…while you’re waiting for me to climb down the mountain and write another post (oh, and comment about, but it might take a bit for me to moderate):
Have a listen to A Nerd of Advice‘s wonderful episode about mansplaining among the geeks. They have some particularly thoughtful things to say about enjoying media that takes the occasional sexist/racist/what-have-you turn as well as some useful links.
Now to steer the discussion away from the mansplaining part and towards the “dealing with literature etc. that sometimes makes you cringe but is otherwise good”…you may have noticed that I have a slight obsession with one H. P. Lovecraft. I started reading Lovecraft about a year ago, and basically devoured the complete works in a few months. There’s something compelling about the wordy prose balanced by the shying away from overt description of unimaginable horrors, the total ownership of the word “eldritch”, the idea that too much knowledge is deadly and/or maddening. But here’s the thing: Lovecraft was super racist. In more than a “well people were more racist/didn’t know better back then” sort of way. I get the impression that if Shakespeare had been born in the late twentieth century his more misogynist and xenophobic edges would have been blunted. But Lovecraft? He just seems to have genuinely hated black people, truly thought they’re inferior. In his prose, this comes across infrequently, but his poetry (on top of being uniformly bad) is disgustingly racist. I feel like I have to deal with it in a different way than I deal with, say, the misogyny in Heinlein, which is basically to say “damn I like this guy’s writing; too bad he’s backwards about women”. In truth I haven’t decided how to deal with it.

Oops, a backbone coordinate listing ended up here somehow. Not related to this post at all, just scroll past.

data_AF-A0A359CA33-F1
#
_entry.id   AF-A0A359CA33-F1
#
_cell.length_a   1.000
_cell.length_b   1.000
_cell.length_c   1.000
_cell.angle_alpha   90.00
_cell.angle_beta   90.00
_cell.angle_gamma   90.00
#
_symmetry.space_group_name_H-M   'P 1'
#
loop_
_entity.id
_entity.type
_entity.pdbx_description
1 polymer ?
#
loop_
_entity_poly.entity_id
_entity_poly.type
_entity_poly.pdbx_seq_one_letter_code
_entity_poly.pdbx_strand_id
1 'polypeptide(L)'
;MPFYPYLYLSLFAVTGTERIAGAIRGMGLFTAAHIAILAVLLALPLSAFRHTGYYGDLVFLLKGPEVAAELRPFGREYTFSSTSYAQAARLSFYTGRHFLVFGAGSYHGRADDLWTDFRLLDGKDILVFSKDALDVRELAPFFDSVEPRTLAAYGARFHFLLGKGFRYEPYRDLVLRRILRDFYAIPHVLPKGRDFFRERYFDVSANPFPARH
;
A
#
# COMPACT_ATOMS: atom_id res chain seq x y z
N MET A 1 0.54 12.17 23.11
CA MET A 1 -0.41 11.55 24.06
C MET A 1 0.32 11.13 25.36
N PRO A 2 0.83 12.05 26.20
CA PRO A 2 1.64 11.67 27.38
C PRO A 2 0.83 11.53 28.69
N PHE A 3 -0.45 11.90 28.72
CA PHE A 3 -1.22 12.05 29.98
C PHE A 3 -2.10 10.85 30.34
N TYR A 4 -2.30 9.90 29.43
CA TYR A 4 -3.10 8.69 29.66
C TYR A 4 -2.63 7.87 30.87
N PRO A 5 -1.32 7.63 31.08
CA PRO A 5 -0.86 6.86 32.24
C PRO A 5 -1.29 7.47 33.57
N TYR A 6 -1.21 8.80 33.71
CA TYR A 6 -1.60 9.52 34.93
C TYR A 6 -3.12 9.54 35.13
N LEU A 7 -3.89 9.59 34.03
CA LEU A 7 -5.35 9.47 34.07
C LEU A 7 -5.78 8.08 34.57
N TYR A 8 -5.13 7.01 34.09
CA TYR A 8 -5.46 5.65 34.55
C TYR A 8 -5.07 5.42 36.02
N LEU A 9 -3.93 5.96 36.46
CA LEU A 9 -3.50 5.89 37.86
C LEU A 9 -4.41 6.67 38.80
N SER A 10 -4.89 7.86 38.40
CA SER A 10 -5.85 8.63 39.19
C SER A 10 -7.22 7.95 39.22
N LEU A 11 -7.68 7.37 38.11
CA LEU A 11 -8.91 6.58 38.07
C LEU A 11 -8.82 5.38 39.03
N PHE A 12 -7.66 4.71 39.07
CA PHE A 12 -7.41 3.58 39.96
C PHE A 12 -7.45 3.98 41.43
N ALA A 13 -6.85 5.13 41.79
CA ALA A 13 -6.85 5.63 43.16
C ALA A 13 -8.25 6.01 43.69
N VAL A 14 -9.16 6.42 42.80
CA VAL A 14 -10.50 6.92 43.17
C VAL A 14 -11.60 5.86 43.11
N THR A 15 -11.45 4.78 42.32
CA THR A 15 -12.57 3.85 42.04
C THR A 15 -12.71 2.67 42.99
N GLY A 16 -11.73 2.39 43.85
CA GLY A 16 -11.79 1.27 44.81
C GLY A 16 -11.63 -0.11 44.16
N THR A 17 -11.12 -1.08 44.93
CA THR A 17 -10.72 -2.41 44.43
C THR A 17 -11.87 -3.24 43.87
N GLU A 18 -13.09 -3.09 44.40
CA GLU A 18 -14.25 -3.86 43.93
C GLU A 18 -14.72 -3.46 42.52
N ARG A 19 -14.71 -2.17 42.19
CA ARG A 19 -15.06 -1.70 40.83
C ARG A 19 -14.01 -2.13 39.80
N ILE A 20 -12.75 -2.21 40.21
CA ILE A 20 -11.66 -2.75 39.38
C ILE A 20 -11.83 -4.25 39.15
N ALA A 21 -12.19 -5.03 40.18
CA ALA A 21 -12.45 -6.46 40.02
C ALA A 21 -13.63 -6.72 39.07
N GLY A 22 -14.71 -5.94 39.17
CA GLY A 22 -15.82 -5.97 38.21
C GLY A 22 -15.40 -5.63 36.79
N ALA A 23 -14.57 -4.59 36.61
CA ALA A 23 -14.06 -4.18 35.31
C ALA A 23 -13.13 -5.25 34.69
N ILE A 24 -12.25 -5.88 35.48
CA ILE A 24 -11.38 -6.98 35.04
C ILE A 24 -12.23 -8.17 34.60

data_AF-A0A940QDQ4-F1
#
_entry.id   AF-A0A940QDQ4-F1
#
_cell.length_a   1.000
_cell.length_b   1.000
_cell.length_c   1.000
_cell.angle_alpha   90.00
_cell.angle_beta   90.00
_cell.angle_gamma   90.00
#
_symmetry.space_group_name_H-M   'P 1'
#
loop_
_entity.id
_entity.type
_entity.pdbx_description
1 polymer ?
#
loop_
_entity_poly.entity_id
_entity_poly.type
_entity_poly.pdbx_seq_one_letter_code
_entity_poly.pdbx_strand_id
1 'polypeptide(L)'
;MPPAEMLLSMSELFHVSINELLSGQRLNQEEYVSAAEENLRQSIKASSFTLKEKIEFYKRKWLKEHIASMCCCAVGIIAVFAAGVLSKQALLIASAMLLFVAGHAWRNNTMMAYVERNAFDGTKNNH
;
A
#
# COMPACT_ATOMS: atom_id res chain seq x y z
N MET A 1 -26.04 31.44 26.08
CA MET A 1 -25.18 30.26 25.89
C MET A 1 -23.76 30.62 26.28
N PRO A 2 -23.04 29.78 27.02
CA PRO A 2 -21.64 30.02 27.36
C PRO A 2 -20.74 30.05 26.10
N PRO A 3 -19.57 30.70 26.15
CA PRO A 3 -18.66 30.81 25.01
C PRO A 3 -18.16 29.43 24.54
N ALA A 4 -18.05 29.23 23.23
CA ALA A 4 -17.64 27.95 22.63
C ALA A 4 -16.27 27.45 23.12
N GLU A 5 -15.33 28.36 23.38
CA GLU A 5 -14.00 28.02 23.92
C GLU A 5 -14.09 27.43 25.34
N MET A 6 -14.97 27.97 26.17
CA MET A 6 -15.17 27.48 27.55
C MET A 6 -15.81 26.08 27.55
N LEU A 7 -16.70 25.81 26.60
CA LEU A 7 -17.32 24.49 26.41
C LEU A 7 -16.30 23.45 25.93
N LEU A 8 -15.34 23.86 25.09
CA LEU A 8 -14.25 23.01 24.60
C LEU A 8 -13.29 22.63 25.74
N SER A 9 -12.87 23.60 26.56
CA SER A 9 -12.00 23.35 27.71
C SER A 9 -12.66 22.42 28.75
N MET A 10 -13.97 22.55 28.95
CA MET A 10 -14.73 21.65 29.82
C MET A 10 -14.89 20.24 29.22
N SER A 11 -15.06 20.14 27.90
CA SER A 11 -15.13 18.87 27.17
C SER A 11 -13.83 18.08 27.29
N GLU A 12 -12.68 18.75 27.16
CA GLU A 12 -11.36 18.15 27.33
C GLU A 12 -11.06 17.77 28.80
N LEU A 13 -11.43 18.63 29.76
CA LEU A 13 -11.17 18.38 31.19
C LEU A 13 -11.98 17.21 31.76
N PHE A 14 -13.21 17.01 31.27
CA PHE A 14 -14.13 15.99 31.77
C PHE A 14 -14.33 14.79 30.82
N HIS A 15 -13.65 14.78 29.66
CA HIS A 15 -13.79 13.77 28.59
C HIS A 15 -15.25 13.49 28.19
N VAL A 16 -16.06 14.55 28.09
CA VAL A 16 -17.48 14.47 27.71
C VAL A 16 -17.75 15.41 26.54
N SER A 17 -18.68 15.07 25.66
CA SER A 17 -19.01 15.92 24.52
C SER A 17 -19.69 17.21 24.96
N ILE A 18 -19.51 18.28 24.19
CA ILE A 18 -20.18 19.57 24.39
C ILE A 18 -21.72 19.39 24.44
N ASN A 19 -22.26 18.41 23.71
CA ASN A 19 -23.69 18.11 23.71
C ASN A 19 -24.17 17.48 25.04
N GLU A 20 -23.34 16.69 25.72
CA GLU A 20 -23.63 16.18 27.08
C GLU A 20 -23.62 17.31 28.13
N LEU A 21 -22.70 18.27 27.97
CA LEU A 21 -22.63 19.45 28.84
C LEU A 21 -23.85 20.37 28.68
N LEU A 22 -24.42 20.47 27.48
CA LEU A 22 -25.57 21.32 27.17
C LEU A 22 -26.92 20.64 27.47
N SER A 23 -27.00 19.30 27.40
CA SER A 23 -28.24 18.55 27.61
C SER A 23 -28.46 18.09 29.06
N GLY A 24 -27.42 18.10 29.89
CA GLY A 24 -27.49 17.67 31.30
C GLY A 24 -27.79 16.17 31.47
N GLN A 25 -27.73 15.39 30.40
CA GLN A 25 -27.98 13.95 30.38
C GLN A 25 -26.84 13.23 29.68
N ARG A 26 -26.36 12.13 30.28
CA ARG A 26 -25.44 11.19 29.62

Here are some SFF authors’ thoughts on the matter, collected by Nnedi Okorafor—a woman of colour who has won “The Howard”, the World Fantasy Award, which comes with a creepy bust of Lovecraft’s head. (Who wouldn’t want that in their living room?) (P.S. Let me slap a trigger warning on that link, because it quotes in full Lovecraft’s most disturbingly racist poem.) In sum: many lean towards just making H. P. roll in his grave by their very existences as successful non-white/non-racist authors. Nnedi herself, more charitably, suggests that Lovecraft is now a being of pure spirit who, having had his mind opened to things beyond the realm of human conception after his death, realizes the error of his ways. Neither approach really helps me as a reader of Lovecraft’s work, though. I have concluded that all I can do is change my Time Travel Priorities such that I would go punch Lovecraft in the face before I went off to find me some dinosaurs. (In short, feeble fist-shake to the cosmos.)